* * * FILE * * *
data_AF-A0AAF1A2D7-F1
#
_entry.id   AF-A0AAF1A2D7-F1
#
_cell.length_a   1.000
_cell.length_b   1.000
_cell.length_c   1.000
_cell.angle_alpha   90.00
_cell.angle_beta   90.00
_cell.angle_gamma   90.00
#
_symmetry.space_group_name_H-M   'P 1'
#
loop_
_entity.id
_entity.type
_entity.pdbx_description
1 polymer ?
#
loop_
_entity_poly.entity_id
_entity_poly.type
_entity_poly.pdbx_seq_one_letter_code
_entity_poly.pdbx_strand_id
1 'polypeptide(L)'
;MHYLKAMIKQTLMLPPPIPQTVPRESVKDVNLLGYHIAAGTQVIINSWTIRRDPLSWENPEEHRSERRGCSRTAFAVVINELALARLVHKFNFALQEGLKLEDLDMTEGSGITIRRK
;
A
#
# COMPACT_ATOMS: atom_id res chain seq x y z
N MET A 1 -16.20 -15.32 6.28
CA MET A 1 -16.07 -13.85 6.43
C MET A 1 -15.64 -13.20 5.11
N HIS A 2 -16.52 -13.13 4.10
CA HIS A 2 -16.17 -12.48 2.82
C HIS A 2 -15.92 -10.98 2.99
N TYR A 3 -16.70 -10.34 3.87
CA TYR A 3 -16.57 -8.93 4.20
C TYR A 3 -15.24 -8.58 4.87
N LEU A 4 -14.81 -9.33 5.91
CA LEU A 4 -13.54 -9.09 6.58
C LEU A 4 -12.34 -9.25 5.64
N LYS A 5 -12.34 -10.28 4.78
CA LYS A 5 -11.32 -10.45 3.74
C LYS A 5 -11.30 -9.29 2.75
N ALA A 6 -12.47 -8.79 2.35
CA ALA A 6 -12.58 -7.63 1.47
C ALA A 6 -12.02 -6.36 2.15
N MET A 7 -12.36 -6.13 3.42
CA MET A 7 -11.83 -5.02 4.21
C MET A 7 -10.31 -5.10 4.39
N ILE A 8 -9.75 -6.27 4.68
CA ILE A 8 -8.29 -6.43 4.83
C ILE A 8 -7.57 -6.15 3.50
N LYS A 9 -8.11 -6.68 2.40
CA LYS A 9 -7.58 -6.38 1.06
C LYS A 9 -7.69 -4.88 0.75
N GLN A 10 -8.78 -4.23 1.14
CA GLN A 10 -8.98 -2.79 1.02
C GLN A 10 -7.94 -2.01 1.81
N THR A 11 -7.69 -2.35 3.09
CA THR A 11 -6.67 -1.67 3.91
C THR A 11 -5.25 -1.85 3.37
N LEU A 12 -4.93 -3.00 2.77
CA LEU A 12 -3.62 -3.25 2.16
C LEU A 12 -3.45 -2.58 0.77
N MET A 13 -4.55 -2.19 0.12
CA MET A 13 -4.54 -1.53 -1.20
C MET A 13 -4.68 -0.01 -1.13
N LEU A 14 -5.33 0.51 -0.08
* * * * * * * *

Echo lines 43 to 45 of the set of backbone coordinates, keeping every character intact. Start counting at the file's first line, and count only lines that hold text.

N LYS A 5 -12.34 -10.28 4.78
CA LYS A 5 -11.32 -10.45 3.74
C LYS A 5 -11.30 -9.29 2.75